Nvidia is rolling out virtualization tools that take its Tesla GPU-accelerated servers and allow enterprises to deploy virtual workstations.
The company is launching its Nvidia Quadro Virtual Data Center Workstation Software, or Quadro vDWS. The software streams any workstation or high-performance computing application from the data center to a laptop or virtual workstation.
Nvidia's bet is that more enterprise workloads will need compute intensive architecture and GPUs.
Quadro vDWS will allow more compute-heavy applications to cover dispersed teams. Nvidia is aiming to take the approach behind virtual desktops and apply it to high-end technologies used for 3D rendering, virtual reality, simulations, and deep learning in industries such as engineering.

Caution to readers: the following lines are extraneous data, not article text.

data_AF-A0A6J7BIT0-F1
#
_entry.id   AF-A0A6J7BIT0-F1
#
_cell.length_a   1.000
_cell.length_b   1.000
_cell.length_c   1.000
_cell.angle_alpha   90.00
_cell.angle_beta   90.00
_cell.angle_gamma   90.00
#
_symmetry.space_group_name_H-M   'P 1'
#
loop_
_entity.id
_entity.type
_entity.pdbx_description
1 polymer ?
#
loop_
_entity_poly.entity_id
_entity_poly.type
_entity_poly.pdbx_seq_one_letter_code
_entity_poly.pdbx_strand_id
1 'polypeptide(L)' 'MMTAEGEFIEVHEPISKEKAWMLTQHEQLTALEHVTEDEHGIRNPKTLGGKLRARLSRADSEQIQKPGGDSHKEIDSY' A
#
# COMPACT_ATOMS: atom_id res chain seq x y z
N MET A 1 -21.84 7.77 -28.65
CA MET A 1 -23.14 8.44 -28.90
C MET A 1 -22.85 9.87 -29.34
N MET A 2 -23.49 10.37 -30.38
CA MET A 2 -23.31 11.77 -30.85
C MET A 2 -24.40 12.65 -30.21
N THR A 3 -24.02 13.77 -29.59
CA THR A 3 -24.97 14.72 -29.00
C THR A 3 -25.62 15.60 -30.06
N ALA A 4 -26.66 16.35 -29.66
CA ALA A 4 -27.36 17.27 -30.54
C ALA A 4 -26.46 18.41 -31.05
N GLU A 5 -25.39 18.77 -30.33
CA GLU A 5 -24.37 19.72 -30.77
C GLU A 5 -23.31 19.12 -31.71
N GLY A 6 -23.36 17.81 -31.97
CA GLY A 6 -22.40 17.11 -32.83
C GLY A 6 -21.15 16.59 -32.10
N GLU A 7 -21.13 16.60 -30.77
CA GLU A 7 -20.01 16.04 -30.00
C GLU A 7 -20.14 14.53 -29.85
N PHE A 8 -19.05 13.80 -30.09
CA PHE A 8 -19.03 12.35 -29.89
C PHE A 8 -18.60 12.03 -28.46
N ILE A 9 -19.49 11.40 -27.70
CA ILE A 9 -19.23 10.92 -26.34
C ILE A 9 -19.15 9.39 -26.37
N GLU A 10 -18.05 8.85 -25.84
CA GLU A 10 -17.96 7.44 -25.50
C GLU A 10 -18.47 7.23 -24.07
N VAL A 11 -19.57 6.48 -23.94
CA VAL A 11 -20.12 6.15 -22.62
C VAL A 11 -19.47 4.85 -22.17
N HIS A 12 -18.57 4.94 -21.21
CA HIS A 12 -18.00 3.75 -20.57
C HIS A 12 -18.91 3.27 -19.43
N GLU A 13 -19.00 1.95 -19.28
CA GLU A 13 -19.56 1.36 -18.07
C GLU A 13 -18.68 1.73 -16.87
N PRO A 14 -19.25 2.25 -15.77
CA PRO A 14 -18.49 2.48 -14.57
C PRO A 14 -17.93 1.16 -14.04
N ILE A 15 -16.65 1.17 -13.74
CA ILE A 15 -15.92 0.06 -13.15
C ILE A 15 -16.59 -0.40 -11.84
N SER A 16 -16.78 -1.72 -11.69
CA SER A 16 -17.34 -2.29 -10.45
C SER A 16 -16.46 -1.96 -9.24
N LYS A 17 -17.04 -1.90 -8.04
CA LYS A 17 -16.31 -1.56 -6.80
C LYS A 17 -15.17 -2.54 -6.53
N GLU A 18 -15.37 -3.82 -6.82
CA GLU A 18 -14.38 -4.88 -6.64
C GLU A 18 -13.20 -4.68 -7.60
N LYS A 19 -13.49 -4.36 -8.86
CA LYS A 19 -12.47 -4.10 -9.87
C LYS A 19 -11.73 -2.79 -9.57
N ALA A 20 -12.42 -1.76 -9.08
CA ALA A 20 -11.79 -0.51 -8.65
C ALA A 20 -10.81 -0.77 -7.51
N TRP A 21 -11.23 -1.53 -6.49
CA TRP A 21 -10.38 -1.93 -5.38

According to Nvidia, Quadro vDWS runs on the company's Pascal architecture and enables:
3D designs with up to 24GB of GPU memory for large models;
Double the graphics performance of Nvidia's previous GPU architecture;
Unified graphics and compute workflows for design simulations;
And performance enhancements for Linux virtual workstation users.
In addition, Nvidia updated its Grid virtual PC efforts. The company updated its Grid release with its latest Tesla GPUs. On the virtual desktop front, Nvidia's updates include:
Support for up to 24 instances of 1GB virtual desktop profiles with the Tesla P40.
vGPU visibility at the host and end-point levels with application monitoring tools.
A resource scheduler to help IT departments allocate resources to users, cut latency and improve the user experience.
Nvidia's virtual desktop and workstation enhancements are available now via server systems from the likes of Cisco, Citrix, Dell, HPE, IBM, Lenovo and VMware. Some features will launch Sept. 1.
Moore's Law is slowing down as emerging AI workloads are demanding more performance. But Nvidia says it's got a plan. At this year's GPU Technology Conference, it announced powerful hardware and software for deep learning.